The Founder

Venerable Master Hsing Yun

Venerable Master Hsing Yun was born in 1927 in Jiangdu, Jiangsu Province, China. At the age of 12, he was tonsured by Venerable Master Zhikai in Qixia Temple, Nanjing, with Dajue Temple in Yixing, Jiangsu, as his ancestral temple. Venerable Master Hsing Yun studied at Qixia Vinaya College and Jiaoshan Buddhist College. Later on, he became the 48th generation lineage holder of the Linchi Chan school. The Venerable Master has served as the principal of Baita Elementary School, and Abbot of Huazang Temple in Nanjing.

In the spring of 1949, Venerable Master Hsing Yun arrived in Taiwan. In 1953, he established organizations such as the Buddhist Chanting Association of Yilan and the Buddhist Youth Choir at Lei Yin Temple in Yilan. His efforts laid the foundations for his subsequent Dharma propagation endeavors. In 1967, he founded the Fo Guang Shan (Buddha’s Light Mountain) Buddhist Order, with the objectives to propagate the Dharma through culture; to foster talents through education; to benefit society through charity, and to purify people’s minds through spiritual cultivation. Venerable Master successively established over three hundred temples worldwide, among which Hsi Lai Temple in the United States, Nan Tien Temple in Australia, and Nan Hua Temple in South Africa, being the largest in each country.

Moreover, to foster talents for Buddhism, Venerable Master established several Buddhist colleges such as Shou Shan Buddhist College, Chinese Buddhism Research Institute, and sixteen Buddhist Colleges—Fo Guang Shan Tsung Lin University and those in Hong Kong, Malaysia, South Africa, and so on. He also established Chih-Kuang Commercial and Industrial Vocational High School, Pu-Men Senior High School, and Jiun Tou Elementary and Junior High School. In addition, five higher education institutions were also established such as Nanhua University in Chiayi, Taiwan, Fo Guang University in Yilan, Taiwan, Hsi Lai University (now University of the West) in the United States, Nan Tien Institute in Australia, and Guang Ming College in the Philippines, the integration of these five marked the international “Fo Guang Shan Five-in-One University Consortium.”

Venerable Master was the first to propagate the Dharma through radio and television. In 1957, the “Buddhist Voice” Program was broadcasted on Yilan Ming Pen radio. In 1979, the Buddhist program, “Nectar” was aired on Taiwan Television. Also, the “Hsing Yun’s Chan Talk” was broadcasted on North American Satellite Television. In 1995, Venerable Master founded the Fo Guang Yuan Art Gallery and Tea Houses, integrating culture, arts, and leisure. Later on, 24 art galleries were established worldwide. In 1998, the Buddha’s Light Satellite Television Station (now Beautiful Life Television) was established. In 2000, The Merit Times newspaper was founded.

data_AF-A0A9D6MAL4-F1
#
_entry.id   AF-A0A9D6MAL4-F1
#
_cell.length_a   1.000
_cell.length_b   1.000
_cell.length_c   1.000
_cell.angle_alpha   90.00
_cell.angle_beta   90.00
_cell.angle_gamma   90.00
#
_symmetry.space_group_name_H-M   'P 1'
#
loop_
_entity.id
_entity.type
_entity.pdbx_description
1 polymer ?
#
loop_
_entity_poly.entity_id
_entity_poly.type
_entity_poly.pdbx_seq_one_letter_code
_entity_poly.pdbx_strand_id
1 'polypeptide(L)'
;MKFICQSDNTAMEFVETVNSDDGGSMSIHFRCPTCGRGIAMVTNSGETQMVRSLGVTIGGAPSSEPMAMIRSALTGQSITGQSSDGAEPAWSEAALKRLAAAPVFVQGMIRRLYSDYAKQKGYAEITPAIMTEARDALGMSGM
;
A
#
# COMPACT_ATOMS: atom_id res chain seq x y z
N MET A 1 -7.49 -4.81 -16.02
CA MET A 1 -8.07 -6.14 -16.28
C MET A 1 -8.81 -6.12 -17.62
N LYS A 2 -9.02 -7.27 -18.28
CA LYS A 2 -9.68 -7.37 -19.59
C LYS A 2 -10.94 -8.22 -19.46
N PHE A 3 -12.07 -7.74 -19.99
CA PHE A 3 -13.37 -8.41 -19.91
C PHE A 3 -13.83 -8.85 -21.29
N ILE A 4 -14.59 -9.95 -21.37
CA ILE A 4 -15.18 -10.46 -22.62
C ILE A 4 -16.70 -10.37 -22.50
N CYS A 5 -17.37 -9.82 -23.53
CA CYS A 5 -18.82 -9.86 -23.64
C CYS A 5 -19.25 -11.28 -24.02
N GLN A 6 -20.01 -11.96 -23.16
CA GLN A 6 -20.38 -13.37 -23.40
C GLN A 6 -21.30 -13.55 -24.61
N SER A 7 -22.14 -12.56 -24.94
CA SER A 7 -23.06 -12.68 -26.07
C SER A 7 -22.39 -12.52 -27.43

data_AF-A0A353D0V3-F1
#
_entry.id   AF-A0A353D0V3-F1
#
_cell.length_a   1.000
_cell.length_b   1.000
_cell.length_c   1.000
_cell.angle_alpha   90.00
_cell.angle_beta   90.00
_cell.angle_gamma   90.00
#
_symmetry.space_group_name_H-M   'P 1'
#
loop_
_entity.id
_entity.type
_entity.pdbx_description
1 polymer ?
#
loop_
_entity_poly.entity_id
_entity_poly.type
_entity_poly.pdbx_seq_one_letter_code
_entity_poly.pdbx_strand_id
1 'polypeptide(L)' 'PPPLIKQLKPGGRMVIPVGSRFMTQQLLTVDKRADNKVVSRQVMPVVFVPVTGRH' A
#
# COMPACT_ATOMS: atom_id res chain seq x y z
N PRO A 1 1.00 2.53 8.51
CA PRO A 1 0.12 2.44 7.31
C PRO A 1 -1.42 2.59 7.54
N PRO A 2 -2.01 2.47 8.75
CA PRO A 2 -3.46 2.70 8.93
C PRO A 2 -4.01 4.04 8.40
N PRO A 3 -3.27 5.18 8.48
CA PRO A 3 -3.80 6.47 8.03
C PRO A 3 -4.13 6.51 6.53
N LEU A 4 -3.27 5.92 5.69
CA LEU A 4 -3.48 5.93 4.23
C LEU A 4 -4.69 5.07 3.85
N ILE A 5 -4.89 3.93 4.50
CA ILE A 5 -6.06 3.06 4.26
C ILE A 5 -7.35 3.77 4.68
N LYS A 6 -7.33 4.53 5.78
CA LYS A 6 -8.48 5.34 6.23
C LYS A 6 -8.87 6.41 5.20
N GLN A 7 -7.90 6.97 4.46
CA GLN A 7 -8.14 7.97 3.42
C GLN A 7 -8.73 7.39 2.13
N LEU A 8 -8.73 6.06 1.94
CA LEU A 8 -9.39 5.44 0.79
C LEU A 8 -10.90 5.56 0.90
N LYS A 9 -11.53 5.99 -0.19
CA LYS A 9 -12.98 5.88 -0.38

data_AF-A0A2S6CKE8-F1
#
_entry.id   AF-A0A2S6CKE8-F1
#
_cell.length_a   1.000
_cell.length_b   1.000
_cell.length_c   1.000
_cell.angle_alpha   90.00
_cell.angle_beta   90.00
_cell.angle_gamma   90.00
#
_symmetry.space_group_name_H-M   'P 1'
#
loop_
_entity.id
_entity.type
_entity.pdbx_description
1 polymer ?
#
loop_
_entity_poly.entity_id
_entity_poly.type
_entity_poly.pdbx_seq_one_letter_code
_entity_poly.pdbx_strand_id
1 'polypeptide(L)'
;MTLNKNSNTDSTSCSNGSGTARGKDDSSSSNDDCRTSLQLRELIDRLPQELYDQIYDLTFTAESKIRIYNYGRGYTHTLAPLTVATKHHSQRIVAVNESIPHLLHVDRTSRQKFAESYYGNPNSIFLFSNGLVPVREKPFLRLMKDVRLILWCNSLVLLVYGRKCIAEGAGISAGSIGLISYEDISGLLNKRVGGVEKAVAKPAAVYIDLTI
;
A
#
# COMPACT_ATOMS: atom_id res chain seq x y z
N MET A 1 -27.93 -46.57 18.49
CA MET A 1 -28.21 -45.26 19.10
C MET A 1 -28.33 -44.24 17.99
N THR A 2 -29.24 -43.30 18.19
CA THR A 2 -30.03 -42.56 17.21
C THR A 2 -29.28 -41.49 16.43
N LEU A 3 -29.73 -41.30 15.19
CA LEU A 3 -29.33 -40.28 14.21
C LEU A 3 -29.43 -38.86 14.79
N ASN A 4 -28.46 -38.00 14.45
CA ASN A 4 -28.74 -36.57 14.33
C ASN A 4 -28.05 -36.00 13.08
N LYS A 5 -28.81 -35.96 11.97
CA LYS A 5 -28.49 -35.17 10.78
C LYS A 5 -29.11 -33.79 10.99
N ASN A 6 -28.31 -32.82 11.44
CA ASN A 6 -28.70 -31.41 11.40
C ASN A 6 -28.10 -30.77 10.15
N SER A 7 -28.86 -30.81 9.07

Established in 1957, the Buddhist Cultural Service Center, later renamed Fo Guang Publishing House, has published various Buddhism series books and audiovisual materials. In 1977, the Fo Guang Tripitaka Editing Committee was founded. Currently, the Fo Guang Dictionary of Buddhism, Agama Canon, Chan Canon, Prajna Canon, Pure Land Canon, Lotus Canon, Yogacara Canon, and Jataka Canon have been published. In 1979, the Universal Gate Magazine was published, later remade into the Universal Gate Buddhist Journal in 2001 (itself renewed in 2016 as the Humanistic Buddhism: Journal, Arts, and Culture). At the same time, the Collection of Contemporary Buddhist Works, a compilation of Cross-Strait Master’s theses and Ph.D. dissertations on Buddhism was published as the 110-volume Chinese Buddhist Academic Series. In 2013, the 20-volume Encyclopedia of Buddhist Arts was published. In 2014, the 10-volume Fo Guang Dictionary of Buddhism Revised Edition, 365 Days for Travelers: Wisdom from Chinese Literary and Buddhist Classics, and A House Full of Jade and Gold—a teaching resource for Humanistic Buddhism—were published.

Venerable Master’s works are numerous, including the Biography of Sakyamuni Buddha; Hundred Sayings Series; Fo Guang Textbooks; Modern Thoughts, Wise Mentality; Collection of Papers on Humanistic Buddhism; One Hundred Lessons on Monastery Languages and Affairs; Buddhist Affinities Across 100 Years; Hear Me Out: Messages from a Humble Monk; Humanistic Buddhism: Holding True to the Original Intents of Buddha; and The Complete Works of Venerable Master Hsing Yun.

After retiring as Head Abbot of Fo Guang Shan in 1985, the Venerable Master continued promoting the Dharma worldwide. In 1991, he founded the Chunghua Fo Guang Buddhist Association. On May 16 1992, he inaugurated the Buddha’s Light International Association (BLIA) World Headquarters in Los Angeles, taking the helm as its president. Today, over 170 chapters are established worldwide, enabling “the Buddha’s Light shining over three thousand realms, and the Dharma water flowing continuously through the five continents.”

Over the course of his illustrious life, Venerable Master has been awarded honorary doctorates from numerous universities worldwide, such as the University of Hong Kong. In 1992, he was acclaimed as the Permanent Honorary President of the World Fellowship of Buddhists. In 1995, he was awarded India’s national Buddha Ratna Award. As evidenced by his accomplishments, Venerable Master’s dedication to the systemization, modernization, humanization, futurization, and internationalization of Buddhism can be considered astounding!